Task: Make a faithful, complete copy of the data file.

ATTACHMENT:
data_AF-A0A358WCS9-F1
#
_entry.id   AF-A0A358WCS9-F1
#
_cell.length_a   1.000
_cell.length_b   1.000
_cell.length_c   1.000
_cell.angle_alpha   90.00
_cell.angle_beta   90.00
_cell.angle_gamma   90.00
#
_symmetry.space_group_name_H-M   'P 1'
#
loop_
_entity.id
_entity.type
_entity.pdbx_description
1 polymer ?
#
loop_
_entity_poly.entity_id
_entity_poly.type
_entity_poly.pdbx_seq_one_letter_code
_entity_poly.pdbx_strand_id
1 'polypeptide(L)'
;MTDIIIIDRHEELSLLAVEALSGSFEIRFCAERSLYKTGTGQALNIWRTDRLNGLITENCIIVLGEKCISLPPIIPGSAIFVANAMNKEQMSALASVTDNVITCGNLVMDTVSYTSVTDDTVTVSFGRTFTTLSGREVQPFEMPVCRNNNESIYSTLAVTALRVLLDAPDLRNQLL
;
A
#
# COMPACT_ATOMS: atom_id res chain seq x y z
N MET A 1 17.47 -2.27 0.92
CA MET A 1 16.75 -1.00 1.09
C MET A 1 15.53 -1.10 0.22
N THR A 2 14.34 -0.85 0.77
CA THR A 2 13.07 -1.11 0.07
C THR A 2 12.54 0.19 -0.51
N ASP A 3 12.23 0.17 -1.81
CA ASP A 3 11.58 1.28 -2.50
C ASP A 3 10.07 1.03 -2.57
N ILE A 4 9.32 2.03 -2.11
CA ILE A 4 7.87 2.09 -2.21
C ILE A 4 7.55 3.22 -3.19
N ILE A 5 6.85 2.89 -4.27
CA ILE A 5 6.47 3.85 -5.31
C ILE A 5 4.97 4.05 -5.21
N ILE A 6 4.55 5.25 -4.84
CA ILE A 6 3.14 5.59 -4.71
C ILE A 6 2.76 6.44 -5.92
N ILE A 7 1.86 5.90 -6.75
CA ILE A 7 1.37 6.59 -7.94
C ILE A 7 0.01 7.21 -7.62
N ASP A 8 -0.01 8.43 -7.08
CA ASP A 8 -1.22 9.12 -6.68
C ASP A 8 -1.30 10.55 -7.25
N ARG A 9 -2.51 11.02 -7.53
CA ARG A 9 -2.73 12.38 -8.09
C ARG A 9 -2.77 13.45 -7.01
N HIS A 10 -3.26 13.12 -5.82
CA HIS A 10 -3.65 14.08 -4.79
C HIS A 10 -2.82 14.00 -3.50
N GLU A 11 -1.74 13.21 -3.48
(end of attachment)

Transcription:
data_AF-A0A358WCS9-F1
#
_entry.id   AF-A0A358WCS9-F1
#
_cell.length_a   1.000
_cell.length_b   1.000
_cell.length_c   1.000
_cell.angle_alpha   90.00
_cell.angle_beta   90.00
_cell.angle_gamma   90.00
#
_symmetry.space_group_name_H-M   'P 1'
#
loop_
_entity.id
_entity.type
_entity.pdbx_description
1 polymer ?
#
loop_
_entity_poly.entity_id
_entity_poly.type
_entity_poly.pdbx_seq_one_letter_code
_entity_poly.pdbx_strand_id
1 'polypeptide(L)'
;MTDIIIIDRHEELSLLAVEALSGSFEIRFCAERSLYKTGTGQALNIWRTDRLNGLITENCIIVLGEKCISLPPIIPGSAIFVANAMNKEQMSALASVTDNVITCGNLVMDTVSYTSVTDDTVTVSFGRTFTTLSGREVQPFEMPVCRNNNESIYSTLAVTALRVLLDAPDLRNQLL
;
A
#
# COMPACT_ATOMS: atom_id res chain seq x y z
N MET A 1 17.47 -2.27 0.92
CA MET A 1 16.75 -1.00 1.09
C MET A 1 15.53 -1.10 0.22
N THR A 2 14.34 -0.85 0.77
CA THR A 2 13.07 -1.11 0.07
C THR A 2 12.54 0.19 -0.51
N ASP A 3 12.23 0.17 -1.81
CA ASP A 3 11.58 1.28 -2.50
C ASP A 3 10.07 1.03 -2.57
N ILE A 4 9.32 2.03 -2.11
CA ILE A 4 7.87 2.09 -2.21
C ILE A 4 7.55 3.22 -3.19
N ILE A 5 6.85 2.89 -4.27
CA ILE A 5 6.47 3.85 -5.31
C ILE A 5 4.97 4.05 -5.21
N ILE A 6 4.55 5.25 -4.84
CA ILE A 6 3.14 5.59 -4.71
C ILE A 6 2.76 6.44 -5.92
N ILE A 7 1.86 5.90 -6.75
CA ILE A 7 1.37 6.59 -7.94
C ILE A 7 0.01 7.21 -7.62
N ASP A 8 -0.01 8.43 -7.08
CA ASP A 8 -1.22 9.12 -6.68
C ASP A 8 -1.30 10.55 -7.25
N ARG A 9 -2.51 11.02 -7.53
CA ARG A 9 -2.73 12.38 -8.09
C ARG A 9 -2.77 13.45 -7.01
N HIS A 10 -3.26 13.12 -5.82
CA HIS A 10 -3.65 14.08 -4.79
C HIS A 10 -2.82 14.00 -3.50
N GLU A 11 -1.74 13.21 -3.48